Three alive as of Monday morning in ‘extremely poor condition’: DFO
There’s a sad ending for a pod of dolphins trapped by ice off the coast of western Newfoundland.
© — Photo courtesy of Bert Osmond
All but three of a pod of white-beaked dolphins trapped by ice near Cape Ray have died, according to fisheries officials.
The Department of Fisheries and Oceans (DFO) reported that all but three of the white-beaked dolphins trapped near Cape Ray were dead as of Monday morning, and the outlook for their survival was grim.
According to Wayne Ledwell of Whale Release and Strandings Newfoundland and Labrador, there were an estimated 30-40 dolphins trapped in the ice, each of them weighing between 500-600 pounds.
“There was pack ice that forced them close to land, and what happens then is the conditions were pretty severe out there as far as wind, and eventually they succumbed to the stress of being in the situation they were in,” said Ledwell. “They panicked and drowned.”
In a statement released to media, DFO said the marine mammals still alive were “in extremely poor condition” and that high winds creating white-out conditions were not helping matters.
DFO said the deaths were likely due to internal injuries resulting from ice pressure and suffocation linked to ice cover. It also cited the physiological consequences of stress.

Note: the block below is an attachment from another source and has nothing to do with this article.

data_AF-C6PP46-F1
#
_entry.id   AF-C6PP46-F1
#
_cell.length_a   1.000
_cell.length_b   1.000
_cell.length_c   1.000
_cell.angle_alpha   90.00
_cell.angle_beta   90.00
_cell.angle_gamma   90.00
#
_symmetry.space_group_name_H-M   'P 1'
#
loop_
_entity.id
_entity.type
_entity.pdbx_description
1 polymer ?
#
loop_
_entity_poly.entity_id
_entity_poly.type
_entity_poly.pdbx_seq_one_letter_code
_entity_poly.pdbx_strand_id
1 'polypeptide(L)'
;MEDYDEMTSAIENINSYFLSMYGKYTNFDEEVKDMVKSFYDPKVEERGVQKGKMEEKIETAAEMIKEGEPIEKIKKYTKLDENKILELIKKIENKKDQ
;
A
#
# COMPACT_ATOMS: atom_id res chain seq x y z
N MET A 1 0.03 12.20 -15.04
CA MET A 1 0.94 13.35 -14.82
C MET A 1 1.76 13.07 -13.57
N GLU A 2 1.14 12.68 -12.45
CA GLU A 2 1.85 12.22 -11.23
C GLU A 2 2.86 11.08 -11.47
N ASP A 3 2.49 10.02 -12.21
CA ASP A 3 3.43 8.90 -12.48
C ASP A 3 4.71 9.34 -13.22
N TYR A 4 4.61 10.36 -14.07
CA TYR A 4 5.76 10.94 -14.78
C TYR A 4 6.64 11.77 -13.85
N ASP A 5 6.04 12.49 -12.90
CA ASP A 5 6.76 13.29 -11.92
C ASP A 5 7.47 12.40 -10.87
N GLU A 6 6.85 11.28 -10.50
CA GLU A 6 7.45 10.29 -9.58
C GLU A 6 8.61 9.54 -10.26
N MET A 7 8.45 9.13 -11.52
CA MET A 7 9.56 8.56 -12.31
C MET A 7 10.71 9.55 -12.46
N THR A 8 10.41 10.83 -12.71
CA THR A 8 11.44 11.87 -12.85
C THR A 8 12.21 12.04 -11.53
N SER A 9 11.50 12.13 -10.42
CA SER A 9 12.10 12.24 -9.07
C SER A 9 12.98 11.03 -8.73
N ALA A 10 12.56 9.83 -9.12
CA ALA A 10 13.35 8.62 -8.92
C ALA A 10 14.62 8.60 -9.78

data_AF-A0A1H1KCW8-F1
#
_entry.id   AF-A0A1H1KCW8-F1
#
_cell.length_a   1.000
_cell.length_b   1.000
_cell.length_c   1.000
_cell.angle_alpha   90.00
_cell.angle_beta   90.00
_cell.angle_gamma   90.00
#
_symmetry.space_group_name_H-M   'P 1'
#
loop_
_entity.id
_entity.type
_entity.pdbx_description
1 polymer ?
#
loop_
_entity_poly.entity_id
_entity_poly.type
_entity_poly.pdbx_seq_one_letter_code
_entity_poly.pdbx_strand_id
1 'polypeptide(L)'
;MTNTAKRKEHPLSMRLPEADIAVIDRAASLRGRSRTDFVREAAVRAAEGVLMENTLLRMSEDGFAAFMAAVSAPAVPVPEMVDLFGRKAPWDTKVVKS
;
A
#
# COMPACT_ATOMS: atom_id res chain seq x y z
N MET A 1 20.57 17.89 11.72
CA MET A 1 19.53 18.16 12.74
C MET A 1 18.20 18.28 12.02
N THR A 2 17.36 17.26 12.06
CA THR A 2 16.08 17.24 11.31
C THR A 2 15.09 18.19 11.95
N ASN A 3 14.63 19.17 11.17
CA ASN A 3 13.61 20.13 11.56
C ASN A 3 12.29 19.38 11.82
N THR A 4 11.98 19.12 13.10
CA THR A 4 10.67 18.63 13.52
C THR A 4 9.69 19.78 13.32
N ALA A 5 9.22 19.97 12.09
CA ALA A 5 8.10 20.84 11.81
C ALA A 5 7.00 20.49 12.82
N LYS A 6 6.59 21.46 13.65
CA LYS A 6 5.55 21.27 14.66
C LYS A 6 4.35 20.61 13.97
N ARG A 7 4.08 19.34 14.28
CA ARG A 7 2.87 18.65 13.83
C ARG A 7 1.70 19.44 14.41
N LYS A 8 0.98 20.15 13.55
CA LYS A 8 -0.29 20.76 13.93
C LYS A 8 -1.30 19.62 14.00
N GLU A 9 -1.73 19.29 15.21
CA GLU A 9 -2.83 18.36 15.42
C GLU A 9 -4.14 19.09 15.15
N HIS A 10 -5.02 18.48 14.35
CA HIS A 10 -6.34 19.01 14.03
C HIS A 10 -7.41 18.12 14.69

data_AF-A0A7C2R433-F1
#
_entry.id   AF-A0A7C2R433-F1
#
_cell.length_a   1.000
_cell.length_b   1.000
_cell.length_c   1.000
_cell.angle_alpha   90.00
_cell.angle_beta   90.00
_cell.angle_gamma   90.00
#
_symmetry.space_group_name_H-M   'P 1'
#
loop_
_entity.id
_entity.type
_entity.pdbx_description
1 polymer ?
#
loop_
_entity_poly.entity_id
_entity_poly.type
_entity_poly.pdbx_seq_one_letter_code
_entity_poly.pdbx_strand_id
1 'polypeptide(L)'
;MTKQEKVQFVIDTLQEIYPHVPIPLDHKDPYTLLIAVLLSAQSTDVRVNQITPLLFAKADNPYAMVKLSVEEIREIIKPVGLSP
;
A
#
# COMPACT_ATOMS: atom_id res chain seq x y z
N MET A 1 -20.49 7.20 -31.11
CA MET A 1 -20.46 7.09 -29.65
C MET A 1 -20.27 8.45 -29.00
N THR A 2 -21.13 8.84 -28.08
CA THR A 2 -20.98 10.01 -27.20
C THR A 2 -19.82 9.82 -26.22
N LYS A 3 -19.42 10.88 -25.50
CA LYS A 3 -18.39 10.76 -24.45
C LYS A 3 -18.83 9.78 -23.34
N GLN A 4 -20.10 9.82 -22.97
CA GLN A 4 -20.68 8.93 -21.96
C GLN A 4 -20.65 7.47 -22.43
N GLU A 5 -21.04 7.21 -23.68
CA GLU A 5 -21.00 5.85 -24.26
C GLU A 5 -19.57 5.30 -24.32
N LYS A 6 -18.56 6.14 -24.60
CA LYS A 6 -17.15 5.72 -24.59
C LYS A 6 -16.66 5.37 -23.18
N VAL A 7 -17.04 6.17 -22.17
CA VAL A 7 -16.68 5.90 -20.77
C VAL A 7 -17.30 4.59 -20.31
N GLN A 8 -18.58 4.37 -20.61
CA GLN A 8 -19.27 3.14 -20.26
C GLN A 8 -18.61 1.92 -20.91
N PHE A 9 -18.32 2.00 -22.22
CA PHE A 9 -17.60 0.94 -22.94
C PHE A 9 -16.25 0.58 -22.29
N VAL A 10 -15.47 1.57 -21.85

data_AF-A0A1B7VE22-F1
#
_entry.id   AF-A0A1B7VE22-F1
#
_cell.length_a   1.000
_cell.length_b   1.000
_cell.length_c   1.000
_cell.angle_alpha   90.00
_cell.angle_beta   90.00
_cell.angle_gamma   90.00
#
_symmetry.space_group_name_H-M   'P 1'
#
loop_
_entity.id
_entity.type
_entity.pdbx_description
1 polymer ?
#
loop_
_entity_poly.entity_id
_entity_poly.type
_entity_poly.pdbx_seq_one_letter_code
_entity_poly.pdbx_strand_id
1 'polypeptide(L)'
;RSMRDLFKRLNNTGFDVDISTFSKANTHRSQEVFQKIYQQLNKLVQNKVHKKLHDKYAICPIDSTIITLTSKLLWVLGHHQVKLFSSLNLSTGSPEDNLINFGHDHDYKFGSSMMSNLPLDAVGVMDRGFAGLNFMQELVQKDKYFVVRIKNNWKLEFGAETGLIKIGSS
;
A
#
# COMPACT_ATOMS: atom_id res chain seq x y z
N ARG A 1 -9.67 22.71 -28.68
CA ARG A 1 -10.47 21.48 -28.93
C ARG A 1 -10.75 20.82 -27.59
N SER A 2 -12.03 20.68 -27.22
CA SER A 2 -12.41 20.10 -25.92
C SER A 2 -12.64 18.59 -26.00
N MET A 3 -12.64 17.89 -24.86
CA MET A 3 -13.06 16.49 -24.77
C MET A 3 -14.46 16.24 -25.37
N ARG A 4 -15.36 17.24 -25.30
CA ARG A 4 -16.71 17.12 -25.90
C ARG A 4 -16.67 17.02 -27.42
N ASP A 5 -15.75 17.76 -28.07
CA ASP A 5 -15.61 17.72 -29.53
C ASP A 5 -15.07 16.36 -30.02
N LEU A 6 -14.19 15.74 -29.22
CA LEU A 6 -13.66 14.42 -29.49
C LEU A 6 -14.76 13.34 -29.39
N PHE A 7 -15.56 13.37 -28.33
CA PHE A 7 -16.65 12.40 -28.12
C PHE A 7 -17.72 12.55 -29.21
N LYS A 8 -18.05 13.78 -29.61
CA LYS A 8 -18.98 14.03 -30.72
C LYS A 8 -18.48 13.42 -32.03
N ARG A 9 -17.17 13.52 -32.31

Commonly referred to as porpoises in this province, the white-beaked dolphins were spotted Sunday close to an area known locally as Northwest Cove. Ledwell said his group was not contacted about the situation until Sunday evening and could not respond to assess the situation until Monday morning.
“It’s a sad event,” he said, noting his group has received calls from foreign countries — Spain, England, Australia, the United States — inquiring about the welfare of the dolphins.
DFO officers were still monitoring the situation Monday. However, DFO suggested it would be unwise to attempt a rescue, as doing so would pose a significant safety risk.
“If DFO determines that a trained professional should attempt to assist a stranded marine animal, it is always undertaken with the utmost caution and with a full understanding of how the animals may respond when under stress,” it said in the statement. “Personal safety is always the first priority.”
Ledwell said the best option for rescuing the dolphins would have been to remove them from the water and transport the dolphins by Ski-Doo to open water — the area in question was reportedly inaccessible by vehicle.
“These are extremely difficult situations to do anything with,” he added. “You’re walking around on ice that’s moving with cold water and cold temperatures.”
As a species, white-beaked dolphins are doing well in Newfoundland and Labrador and can be spotted year-round, Ledwell said.
Given the amount of pack ice building up in coastal waters this winter, he recommends people keep an eye out for trapped marine mammals.
As for the dolphins near Cape Ray, Ledwell expects nature will take care of the carcasses as they sink.
DFO officials said the geography of the Cape Ray area has posed a problem for whales and dolphins in the past. Six blue whales were driven ashore by ice in 1987.
— With files from The Gulf News